Five months ago, the Preakness Stakes presented Marylanders a gift for the ages. That memorable finish, with Silver Charm, Free House and Captain Bodgit a blur at the wire, was one of the greatest in the history of the Triple Crown.
Today, the Maryland thoroughbred industry presents Act II.
Beginning at 12: 30 p.m., Maryland Million Day commences at Laurel Park with the first of 11 races for horses sired by Maryland stallions. The races are worth a total of $1 million. Each one, from the $25,000, 2 1/8 -mile steeplechase to the $200,000, 1 3/16-mile Classic, holds the promise of thrills.
The brainchild of ABC sportscaster Jim McKay, a horse lover from Monkton, Maryland Million Day celebrates the state's breeding industry, the backbone of the state's racing industry. Its races are restricted to sons and daughters of Maryland stallions.
Since the first Maryland Million, on this day in 1986, 13 states have followed suit and created racing days modeled, at least in part, on this one.
The Maryland Million is now a full-fledged party -- not on a scale with the Preakness, but festive enough to put color back into the cheeks of dejected Orioles fans.
On tap will be bands, jugglers, face painters, caricature artists, races for Jack Russell terriers and a horse fair featuring a parade of breeds, miniature horses, jousting, a demonstration by the U.S. equestrian team and performances by famed riding and roping expert Jerry Diaz.
All that, of course, is embellishment to what should be a splendid day of racing.
Although each race carries its own story line and wagering opportunity, the highlight is the Maryland Million Classic, the richest race of the day. Last year's winner, Frugal Doc, became the oldest horse to win a Maryland Million race. He was 9.
Frugal Doc was such a long shot -- he paid $72.20 to win -- that no one wanted to ride him. At the last minute Omar Klinger, who had never ridden the horse, accepted the task. Asked later when he knew he had the mount, Klinger said: "At the eighth pole."
The old gelding's trainer, Scott Posey, hair flowing past his shoulders, strolled into the winner's circle wearing a sports coat from a second-hand store. An astute handler of horses, Posey is also a rock guitarist.
Few stories as colorful have graced Maryland racing.
With Frugal Doc now retired, one horse stands poised to craft a scene as pleasing. He's not a boy named Sue, but he is a gelding named Mary.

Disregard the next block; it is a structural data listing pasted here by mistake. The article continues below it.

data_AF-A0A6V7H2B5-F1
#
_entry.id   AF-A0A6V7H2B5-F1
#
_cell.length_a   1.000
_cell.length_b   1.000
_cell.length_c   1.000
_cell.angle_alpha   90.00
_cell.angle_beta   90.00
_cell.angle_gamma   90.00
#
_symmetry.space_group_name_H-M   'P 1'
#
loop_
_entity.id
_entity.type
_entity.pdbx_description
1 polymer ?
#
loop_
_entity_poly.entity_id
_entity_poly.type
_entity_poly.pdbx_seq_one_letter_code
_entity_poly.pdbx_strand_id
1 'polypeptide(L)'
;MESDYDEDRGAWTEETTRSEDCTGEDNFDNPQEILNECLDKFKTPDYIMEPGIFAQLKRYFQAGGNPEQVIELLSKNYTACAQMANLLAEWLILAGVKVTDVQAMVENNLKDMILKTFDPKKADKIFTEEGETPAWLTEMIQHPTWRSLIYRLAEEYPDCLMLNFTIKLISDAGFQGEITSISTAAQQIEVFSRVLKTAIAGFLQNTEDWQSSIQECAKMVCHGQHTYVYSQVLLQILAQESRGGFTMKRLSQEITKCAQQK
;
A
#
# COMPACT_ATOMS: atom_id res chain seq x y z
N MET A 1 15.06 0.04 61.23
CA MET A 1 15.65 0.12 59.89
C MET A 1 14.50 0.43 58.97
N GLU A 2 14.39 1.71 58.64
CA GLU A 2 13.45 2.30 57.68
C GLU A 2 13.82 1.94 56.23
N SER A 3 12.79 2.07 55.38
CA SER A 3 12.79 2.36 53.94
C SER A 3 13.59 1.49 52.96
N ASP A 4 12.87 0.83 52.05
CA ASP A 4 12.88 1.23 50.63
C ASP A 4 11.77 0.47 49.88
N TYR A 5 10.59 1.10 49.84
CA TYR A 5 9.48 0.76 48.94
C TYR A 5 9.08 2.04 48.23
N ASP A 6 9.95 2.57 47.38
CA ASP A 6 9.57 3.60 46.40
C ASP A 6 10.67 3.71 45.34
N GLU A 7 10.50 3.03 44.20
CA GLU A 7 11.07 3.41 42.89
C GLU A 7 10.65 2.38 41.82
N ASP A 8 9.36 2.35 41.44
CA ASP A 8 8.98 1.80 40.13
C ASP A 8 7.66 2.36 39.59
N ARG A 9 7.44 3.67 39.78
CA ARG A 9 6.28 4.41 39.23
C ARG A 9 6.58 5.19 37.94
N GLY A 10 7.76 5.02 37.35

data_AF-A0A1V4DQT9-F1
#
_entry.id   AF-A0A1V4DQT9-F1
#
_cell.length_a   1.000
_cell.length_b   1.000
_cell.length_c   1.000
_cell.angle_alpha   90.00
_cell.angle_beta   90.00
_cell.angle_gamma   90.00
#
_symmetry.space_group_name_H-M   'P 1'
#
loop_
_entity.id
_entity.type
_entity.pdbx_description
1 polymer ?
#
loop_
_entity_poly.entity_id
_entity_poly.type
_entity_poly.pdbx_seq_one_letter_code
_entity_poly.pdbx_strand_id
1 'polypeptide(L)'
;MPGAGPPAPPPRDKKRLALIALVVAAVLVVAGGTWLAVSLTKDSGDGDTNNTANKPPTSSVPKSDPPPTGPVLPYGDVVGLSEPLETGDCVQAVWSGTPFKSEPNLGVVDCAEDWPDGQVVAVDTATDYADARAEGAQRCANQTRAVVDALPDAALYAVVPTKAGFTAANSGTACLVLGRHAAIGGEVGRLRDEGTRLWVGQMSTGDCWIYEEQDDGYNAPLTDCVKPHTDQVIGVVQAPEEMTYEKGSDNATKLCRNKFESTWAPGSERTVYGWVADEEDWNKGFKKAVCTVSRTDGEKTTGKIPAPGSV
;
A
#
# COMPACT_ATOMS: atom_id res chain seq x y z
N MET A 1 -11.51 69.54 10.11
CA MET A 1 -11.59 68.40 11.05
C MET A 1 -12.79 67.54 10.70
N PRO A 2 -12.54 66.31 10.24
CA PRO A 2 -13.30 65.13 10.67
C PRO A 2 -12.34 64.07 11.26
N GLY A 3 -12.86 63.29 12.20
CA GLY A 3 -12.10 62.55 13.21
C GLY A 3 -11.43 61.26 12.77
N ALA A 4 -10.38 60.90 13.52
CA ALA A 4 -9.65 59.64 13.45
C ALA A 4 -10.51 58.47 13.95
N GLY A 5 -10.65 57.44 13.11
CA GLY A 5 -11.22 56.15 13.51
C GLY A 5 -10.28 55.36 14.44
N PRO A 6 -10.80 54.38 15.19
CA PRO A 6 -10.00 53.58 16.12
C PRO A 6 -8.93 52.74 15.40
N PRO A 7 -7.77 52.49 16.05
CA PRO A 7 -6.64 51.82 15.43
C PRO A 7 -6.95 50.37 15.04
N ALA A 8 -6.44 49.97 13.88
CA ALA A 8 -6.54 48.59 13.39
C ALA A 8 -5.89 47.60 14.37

Mary's Buckaroo, the likely favorite in the Classic, is a fan favorite because of his dramatic late running style, his consistency and his gentle handlers. In 45 races, Mary's Buckaroo has finished worse than third only 12 times. He is 14-13-6 with earnings of $620,485, more than twice any competitor in the race.
His trainer, Mary JoAnne Hughes, bubbles over every time Mary's Buckaroo tries hard and emerges healthy from a race. Asked how much winning the Classic would mean to her, Hughes said: "Being first, second, third, even fourth, that'd be nice -- as long as he's competitive and comes back safe and sound."
Hughes, 49, is familiar to readers of The Sun as manager of Liberty Run Farm in Sykesville, home of Mary Bo Quoit (formerly "Miss Piggy"), the subject of a series about a horse's journey from birth to the racetrack.
Mary Bo Quoit and Mary's Buckaroo are half-sisters. Their mother is Mary Bo Peep. The sire of Mary's Buckaroo is Roo Art, so Hughes calls him Artie. (Roo Art's sire is Buckaroo.)
Hughes helped deliver Mary's Buckaroo.
"When he starts giving me trouble, I tell him: 'I pulled you slippery out of the shoot,' " Hughes said.
And what does he say to that?
"I got the money, Mom," Hughes said, laughing. "Oh, he's a love. He likes to eat bananas and peppermints. He's got a real personality My goal is to run in every Maryland Million until the year 2000 with this horse."
This will be Mary's Buckaroo's third Maryland Million. Two years ago, he was second in the Classic, Last year, he was fourth in the Sprint.
For the Maryland Million in the year 2000, Mary's Buckaroo would 9, the same age as Frugal Doc last year.
"The way I work, I can't do the Triple Crown," said Hughes, who trains four horses at Bowie and 15 at the farm. "I don't put that much pressure on a horse. I don't believe in running 2-year-olds. They're just not mature enough."
She doesn't believe in running any horse unless he's ready. With Mary's Buckaroo, she drew a circle around Oct. 18 back in June and began preparing the best horse she's ever trained for today's Classic.
After his usual summer break -- he doesn't like the heat, so Hughes grants him vacation -- the gelding ran second and third in six-furlong races in Pennsylvania.
That is Hughes' style: Prepare him for longer races with a series of sprints.
He didn't win, but he ran hard and came back sound. And now, on the verge of perhaps his greatest conquest, Hughes declared: "He's ready to go."
What: Maryland Million Day; 11 races for horses sired by Maryland stallions Total purses: $1 million
Highlight: $200,000 Classic
Where: Laurel Park
When: Today; first race post time is 12: 30 p.m.; gates open at 10: 30 a.m.; first 5,000 paid admissions receive Maryland Million T-shirt.
TV: Ch. 45, 4 to 6 p.m.
Pub Date: 10/18/97